Monday, July 14, 2014 (Newport, RI): We left Greenport, NY, after a very pleasant two days. The trip up to Newport is about 55 nM. We wanted to arrive midmorning, which meant shoving off around 06:30. The tide is not quite low. Nevertheless, it is low enough to show us how skinny the channel into Greenport really is.
With a light breeze we retraced our track to Plum Gut. The tide hadn't turned, yet, and the foul current racing through slowed us down. As soon as we cleared the gut and the light we pointed the bow and Blackthorne at Point Judith, RI, and put the hammer down.
The estuary leading into Fall River is chopped up with the wakes of small and large vessels getting busy with the regatta and all claiming the right of way. We are off Brenton Point an hour later than planned because of the traffic. Point Judith is opposite the mansion on Brenton Point. We call the Newport Yachting Center. They are expecting us and give us a slip assignment.
We pass Fort Adams on the right and turn into the mooring field. We pick an aisle through the moorings that takes us to the flagpole. After getting Sequel squared away in her berth, we went ashore to find a light lunch. We spent our first afternoon walking Thames Street, America's Cup Avenue, and Spring Street.
We came upon the Maritime Museum and the Touro Synagogue. It was too late in the afternoon to go into the synagogue but we would do that tomorrow and perhaps take in the service to welcome the Sabbath.
As the afternoon wears on, the sailors come home from the sea and the bars and restaurants fill up Every joint with a chair and a table is shoulder-to-shoulder. Rather than fight the mob we go back to the boat to dine on board. It was a good choice because of the comfort and comparative solitude.
Newport is all boating. The four days preceding the date of this post seem to have been the culmination of a race week that gathered many classes of sailboats, their crews, and support people. Also, the town is populated with sailmakers, hardware manufacturers, and other chandlers.
We are expecting son Judah to come to town from Florida to join his buds on a J-70. We anticipated his arrival around suppertime but learned that his flight was delayed. By sailors' midnight we had no word and went to sleep, leaving feeding instructions and berthing arrangements-the aft cabin we have labeled the bat cave. At the close of the day we were treated to a lingering sunset of magnificent proportions.
The expected arrival roused the Admiral but I was oblivious. Upon arising at my accustomed hour of 05:00 I found too much junk to have been deposited about the salon by only one person but didn't think about it then. Maybe Judah and one of his buds crashed in the bat cave. I did the usual morning chores not mindful of my commotion. I swept down the deck making use of the fresh water of a heavy dew fall.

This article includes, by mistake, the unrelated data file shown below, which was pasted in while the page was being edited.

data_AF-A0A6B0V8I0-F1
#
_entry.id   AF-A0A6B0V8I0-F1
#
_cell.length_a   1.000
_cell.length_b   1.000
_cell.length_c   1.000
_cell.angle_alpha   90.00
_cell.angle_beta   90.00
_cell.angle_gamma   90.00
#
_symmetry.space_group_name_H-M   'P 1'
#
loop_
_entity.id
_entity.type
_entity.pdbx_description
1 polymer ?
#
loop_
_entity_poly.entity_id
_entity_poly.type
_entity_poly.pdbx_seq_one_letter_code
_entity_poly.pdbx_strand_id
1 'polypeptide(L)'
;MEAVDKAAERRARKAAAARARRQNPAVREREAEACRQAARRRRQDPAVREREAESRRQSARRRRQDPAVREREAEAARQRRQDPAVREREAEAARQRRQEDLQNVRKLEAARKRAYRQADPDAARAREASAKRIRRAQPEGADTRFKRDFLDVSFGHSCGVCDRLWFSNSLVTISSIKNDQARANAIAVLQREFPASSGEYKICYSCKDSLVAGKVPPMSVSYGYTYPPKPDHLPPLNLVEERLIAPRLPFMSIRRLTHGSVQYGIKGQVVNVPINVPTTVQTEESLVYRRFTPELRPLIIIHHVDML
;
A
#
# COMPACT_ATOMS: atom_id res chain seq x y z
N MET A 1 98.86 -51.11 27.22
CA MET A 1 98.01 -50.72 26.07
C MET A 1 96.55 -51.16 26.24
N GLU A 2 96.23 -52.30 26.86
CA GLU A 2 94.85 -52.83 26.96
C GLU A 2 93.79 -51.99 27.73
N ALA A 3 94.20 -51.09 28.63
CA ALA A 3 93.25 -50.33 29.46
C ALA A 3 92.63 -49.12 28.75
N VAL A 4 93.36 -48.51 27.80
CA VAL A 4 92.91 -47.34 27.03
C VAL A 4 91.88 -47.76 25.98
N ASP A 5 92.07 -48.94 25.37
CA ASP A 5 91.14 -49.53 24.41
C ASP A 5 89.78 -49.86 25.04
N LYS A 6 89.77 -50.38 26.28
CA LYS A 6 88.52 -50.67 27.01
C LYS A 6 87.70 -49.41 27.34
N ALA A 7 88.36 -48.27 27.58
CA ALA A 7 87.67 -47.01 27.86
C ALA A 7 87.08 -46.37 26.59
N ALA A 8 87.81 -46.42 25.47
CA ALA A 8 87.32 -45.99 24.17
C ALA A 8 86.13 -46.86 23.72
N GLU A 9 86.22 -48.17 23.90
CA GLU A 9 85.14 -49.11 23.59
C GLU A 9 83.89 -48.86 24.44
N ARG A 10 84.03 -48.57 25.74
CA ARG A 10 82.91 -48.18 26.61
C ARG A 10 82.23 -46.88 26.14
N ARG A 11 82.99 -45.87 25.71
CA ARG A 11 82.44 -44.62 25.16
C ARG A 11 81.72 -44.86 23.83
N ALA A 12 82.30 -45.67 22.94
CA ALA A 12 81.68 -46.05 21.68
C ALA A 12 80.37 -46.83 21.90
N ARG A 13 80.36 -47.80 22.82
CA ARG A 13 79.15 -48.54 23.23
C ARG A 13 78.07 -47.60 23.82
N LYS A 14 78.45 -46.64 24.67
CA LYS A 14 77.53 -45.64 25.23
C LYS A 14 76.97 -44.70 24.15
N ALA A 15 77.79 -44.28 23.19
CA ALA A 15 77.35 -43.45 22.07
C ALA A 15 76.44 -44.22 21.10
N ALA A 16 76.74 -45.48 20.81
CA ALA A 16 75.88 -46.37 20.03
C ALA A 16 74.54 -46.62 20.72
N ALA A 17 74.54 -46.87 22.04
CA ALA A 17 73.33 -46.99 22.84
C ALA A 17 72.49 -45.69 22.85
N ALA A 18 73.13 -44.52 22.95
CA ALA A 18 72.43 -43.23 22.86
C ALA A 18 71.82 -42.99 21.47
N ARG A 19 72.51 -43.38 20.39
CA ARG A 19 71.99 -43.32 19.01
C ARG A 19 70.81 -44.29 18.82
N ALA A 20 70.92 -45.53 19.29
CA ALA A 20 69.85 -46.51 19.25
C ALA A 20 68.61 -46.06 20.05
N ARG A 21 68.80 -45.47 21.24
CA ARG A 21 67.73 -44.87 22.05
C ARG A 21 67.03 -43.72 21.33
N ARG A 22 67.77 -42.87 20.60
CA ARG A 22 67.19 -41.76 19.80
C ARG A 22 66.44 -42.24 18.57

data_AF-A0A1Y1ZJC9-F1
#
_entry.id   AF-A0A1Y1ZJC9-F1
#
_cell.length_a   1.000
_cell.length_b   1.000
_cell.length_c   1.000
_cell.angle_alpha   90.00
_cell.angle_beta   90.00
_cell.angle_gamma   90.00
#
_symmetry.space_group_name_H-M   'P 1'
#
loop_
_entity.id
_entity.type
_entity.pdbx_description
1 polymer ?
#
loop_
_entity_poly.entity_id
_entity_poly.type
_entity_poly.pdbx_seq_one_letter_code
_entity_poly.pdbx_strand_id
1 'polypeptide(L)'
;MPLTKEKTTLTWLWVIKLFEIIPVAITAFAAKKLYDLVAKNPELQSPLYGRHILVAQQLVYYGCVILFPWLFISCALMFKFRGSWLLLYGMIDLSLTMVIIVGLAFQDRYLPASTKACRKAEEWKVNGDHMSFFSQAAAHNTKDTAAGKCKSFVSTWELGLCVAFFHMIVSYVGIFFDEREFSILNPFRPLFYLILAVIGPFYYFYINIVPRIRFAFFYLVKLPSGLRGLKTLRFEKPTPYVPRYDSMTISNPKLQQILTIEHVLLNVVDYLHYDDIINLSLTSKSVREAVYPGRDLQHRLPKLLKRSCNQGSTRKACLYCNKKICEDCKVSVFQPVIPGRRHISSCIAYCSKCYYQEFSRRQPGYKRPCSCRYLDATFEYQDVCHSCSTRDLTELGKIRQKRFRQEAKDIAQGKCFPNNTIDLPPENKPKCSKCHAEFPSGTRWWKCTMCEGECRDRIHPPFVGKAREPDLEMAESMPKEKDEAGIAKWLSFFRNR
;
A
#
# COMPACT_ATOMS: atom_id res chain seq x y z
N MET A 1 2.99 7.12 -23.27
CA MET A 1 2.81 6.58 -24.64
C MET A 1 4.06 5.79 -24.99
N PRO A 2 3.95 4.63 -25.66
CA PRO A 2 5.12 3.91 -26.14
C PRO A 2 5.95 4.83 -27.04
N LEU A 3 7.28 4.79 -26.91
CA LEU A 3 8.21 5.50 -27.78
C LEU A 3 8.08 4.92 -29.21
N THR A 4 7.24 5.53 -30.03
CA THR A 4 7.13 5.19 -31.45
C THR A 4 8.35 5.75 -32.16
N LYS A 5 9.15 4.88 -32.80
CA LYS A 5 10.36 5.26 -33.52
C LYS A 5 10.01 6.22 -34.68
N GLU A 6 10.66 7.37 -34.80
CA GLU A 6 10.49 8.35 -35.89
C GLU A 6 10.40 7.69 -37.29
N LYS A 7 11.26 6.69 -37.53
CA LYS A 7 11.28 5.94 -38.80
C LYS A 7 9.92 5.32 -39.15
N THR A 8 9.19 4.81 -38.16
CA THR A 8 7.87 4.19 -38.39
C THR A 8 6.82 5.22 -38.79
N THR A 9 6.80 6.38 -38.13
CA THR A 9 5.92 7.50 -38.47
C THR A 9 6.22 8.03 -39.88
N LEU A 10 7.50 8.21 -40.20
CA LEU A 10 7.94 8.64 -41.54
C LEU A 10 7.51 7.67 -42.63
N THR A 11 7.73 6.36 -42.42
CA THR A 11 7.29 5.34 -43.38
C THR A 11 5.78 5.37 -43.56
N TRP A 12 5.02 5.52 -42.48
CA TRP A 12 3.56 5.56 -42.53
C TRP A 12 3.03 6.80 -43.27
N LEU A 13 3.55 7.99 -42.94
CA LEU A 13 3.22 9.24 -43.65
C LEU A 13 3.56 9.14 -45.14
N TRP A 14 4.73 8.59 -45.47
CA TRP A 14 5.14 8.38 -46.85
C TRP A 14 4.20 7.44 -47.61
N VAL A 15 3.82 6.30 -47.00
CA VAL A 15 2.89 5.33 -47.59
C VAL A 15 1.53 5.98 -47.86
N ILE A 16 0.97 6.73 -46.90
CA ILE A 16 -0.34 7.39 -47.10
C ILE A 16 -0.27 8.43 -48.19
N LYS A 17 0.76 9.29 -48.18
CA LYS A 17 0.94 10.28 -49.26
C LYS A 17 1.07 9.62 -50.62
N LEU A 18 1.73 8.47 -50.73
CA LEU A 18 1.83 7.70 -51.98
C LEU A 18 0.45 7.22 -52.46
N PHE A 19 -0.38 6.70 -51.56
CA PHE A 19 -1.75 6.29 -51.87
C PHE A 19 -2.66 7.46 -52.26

I made coffee for myself and the Admiral. Judah staggered out and took his morning eyeopener-a can of Mountain Dew. We had breakfast of eggs and toast on deck with a side of chitchat before Judah was to take off to find his shipmates. At that moment number one grandson, Eitan, emerged from below. I was shocked, not having expected him to fly from California for the weekend.
After Judah went off to sail, we walked about the town with our grandson. I needed a haircut and the young fellow needed more grub. While the Admiral and her charge were strolling about Thames Street, I walked into the first barbershop and got a cueball, smooth as a baby's a--.
In the afternoon we took a bus tour of the island and viewed the homes of American royalty. After the bus ride we went back to the synagogue and found it open for tours. The early Jewish Community of Newport paralleled the same 300 years as Charleston's and featured many of the same cast of characters.
We spent Saturday watching the sailing races. Eitan, armed with one of our cameras rolled off several hundred frames. Several keepers are featured below.
On Saturday night Judah took us to a sushi restaurant for the Admiral's birthday. Judah is familiar with the good spots in Newport because he has raced out there on many occasions.
On Sunday we toured the race courses on Sequel. Each class raced Olympic WLW courses spread out up and down the estuary and out in the ocean. The J-70s and larger classes were on the outside. We set up on the side of the course, watched, and photographed.
Upon our return to shore, a flurry of activity ensued. Judah and his team finished leading the J-70 fleet and were headed to the nationals the next weekend in Buffalo, NY. Judah and Eitan had planes to catch in Providence. While Judah was packing up I put our green crew to work hosing the salt off of Sequel.
After the young gents climbed aboard their limo to the airport, we took a breather and went out for a celebratory dinner by ourselves. Destination Chocolate is always dessert.
We had our own chores to do prepare for our departure in the morning. The crossing to the Vineyard is only 60 nM. I needed to check the weather forecast and surface conditions. We had seen mare's tails all day and the day had grow overcast in the late afternoon. We weren't desperate to leave but we did want a few days on the Vineyard mostly to ourselves.
Classes headed for the leeward mark.
J-70s leading the pack, Judah's team in front on the right.
Classes spread out on the ocean courses.
Not great racing attitude.
Rose Island Lighthouse.
Competitive Farr 42s on the windward leg.
For the past four days we have enjoyed Newport and the sailing regatta but it is time to leave. The Newport Yachting Center was an excellent jumping off point and a first-rate facility. We are heading to Martha's Vineyard to meet up with our friends from Charleston who will arrive later in the week and other friends who vacation overlooking Vineyard Sound on the bluff midway between Menemsha and West Chop.